• by Required Snark ( 1702878 ) on Monday March 21, 2016 @12:25AM (#51741141)
    So will that mean there will be hoards of robot H1B visa applicants from the moon taking jobs away from Earthlings? They'll work 24/7 for electricity and get paid using bulk shipments of raw materials to space that are easier to get from a inhabited planet with infrastructure.

    How can a carbon based biological organism compete?

  • The referenced paper says that to meet our energy needs through solar power alone we would need an area 92% of Nevada covered in solar cells. Nevada is 286,367 square kilometers in area. 92% of that is about 286,000 square kilometers. There are an estimated 1.7 billion buildings on planer Earth (see https://github.com/svendvn/sam... [github.com]). If their combined area is less than the area needed for solar cells to power Earth then their average floor space area is less than 168 square metres each (about 1,700 squ
    • Solar cells have their own law, it's name escapes me. The historical drop in $/watt is slower than $/CPUgrunt.

      There is no guarantee that Moore's law will continue to apply in the future. Only huge piles of cash, generated by the computer industry, has kept it going as long as it has.

      Smaller feature size vs solar efficiency are basically different things. Good thing $/watt is the more important than pure efficiency, so there is hope.

  • Perhaps a silly question but something that must be worked out, this base needs power but the sun sets on the moon just like it does on Earth, is this moon base solar powered too? If so then what do they propose the base do while the sun goes down for something like 400 hours?

    I suppose the base could be placed on one of the poles, that would give it 24/7 daylight but I suspect this messes with the launch of the solar collecting satellites. I'd expect that a launch from the equator would take less energy t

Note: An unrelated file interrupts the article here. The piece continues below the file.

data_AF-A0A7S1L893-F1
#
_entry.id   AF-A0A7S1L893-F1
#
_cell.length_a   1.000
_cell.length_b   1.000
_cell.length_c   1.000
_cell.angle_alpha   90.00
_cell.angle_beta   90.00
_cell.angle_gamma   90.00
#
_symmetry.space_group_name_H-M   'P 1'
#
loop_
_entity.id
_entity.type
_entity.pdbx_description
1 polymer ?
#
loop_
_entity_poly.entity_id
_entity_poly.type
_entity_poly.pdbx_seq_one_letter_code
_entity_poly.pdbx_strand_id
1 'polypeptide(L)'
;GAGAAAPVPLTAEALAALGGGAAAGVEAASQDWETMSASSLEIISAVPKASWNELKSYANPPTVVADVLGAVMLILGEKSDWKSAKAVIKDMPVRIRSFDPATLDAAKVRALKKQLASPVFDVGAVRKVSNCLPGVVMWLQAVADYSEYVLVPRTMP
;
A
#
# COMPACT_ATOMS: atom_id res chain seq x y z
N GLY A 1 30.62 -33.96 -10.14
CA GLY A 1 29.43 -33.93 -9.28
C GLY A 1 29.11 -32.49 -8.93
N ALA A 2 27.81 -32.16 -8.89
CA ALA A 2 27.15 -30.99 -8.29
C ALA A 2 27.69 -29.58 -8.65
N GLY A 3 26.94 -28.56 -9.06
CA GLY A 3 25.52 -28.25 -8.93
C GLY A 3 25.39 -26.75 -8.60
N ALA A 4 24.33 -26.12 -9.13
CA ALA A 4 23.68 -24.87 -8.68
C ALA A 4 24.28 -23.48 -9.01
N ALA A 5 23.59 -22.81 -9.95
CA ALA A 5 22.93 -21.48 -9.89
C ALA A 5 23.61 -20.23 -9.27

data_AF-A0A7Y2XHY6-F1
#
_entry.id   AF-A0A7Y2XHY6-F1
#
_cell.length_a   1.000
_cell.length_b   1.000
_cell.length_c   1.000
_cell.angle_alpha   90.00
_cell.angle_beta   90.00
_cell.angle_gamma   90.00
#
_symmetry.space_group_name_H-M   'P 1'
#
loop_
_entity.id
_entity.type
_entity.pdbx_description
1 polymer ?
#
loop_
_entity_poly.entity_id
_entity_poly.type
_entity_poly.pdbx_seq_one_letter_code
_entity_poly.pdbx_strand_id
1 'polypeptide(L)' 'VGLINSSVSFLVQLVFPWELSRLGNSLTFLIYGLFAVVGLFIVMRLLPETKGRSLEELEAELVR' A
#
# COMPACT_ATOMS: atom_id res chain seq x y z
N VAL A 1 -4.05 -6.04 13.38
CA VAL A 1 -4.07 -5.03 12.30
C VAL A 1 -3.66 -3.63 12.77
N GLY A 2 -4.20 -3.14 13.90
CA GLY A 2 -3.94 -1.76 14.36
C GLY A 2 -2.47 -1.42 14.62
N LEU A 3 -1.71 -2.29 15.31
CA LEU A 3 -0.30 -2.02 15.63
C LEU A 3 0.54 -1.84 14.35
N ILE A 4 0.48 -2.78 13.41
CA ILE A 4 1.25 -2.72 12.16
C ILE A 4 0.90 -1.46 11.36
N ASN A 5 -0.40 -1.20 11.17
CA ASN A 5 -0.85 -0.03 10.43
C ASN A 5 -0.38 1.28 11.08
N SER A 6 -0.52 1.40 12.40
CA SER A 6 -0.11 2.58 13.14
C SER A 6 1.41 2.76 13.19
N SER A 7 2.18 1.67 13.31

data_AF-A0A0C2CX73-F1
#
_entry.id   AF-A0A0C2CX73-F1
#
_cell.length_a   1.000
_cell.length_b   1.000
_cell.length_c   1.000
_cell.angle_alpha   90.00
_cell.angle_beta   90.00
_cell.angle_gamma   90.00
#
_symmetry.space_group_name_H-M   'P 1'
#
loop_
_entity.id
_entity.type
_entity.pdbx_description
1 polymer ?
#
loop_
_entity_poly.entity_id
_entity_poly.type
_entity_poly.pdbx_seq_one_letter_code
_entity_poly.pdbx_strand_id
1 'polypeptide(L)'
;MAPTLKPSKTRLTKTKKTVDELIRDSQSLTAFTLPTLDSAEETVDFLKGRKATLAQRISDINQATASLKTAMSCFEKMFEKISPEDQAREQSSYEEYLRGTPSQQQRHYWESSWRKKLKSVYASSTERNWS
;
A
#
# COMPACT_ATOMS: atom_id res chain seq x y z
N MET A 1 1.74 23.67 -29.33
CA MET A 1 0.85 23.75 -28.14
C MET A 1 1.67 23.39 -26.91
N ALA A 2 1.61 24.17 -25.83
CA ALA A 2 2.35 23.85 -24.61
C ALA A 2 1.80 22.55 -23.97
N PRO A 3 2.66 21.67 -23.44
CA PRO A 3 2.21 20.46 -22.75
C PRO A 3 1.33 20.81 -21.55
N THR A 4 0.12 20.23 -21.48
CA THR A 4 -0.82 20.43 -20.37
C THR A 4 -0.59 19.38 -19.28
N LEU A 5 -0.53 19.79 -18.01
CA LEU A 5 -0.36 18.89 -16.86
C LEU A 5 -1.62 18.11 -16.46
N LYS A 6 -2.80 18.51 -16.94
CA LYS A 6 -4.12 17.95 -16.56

• by ceoyoyo ( 59147 )

      It's a lot easier to beam power down to the moon than down to the earth. Just leave a few of your solar power satellites in orbit of the moon.

      • I can see that as a solution. I'll even go a step further. Have a rotation of orbiting satellites. Build the pieces on the moon, launch them into lunar orbit for assembly, after it is assembled keep it in orbit for a while for powering the moon base and for testing. When the next satellite is complete the previous one can be taken from lunar orbit and placed in Earth orbit. Keep doing this at a pace to keep up with demand for new and replacement solar power satellites.

        I also have a possible solution to

  • "The concept of space based solar power has been around for decades"

    The IDIOTIC concept you mean. Anyone with a calculator, let alone Google, can demonstrate how RIDICULOUSLY MORONIC this idea is. Sorry for the caps, but in this case that are appropriate. Here, try it yourself:

    https://matter2energy.wordpress.com/2012/03/17/the-maury-equation-redux/
    https://matter2energy.wordpress.com/2014/02/25/lunacy/

  • So they're proposing robots only? You tender little humans, let me pat your hand, sit there in the shade, and we'll take care of everything...

    Screw that. Put people up there, hell, there's be plenty of jobs, including the crowd control and refreshments for those of us in line to go.

                      mark "what's here for us (pointing to the GOP)?"

  • If we develop practical self-replicating robots (since we can 'almost' do a proof of concept self-replicating one now)
    If we develop technology to plausibly 'mine' surface material (i.e. moon regolith) that's not more involved in shipping material

    Bonus if: If we can make both happen in a hard vacuum where no one has set foot in decades
    Extra bonus: if we can prove out transmitting GW (much less TW) power from geo-stat orbit

    Then of course let's do this. In reality this sounds like any of a dozen sci fi books

  • And how does TFA propose to make self-replicating robots feasible?

    The first step would be to simplify the solar panels' design as much as possible. "Instead of having 1,000 different types of screws," he says, "let's have five."

    Brilliant! Don't you HATE how current-generation solar panels use 1,000 different types of screws?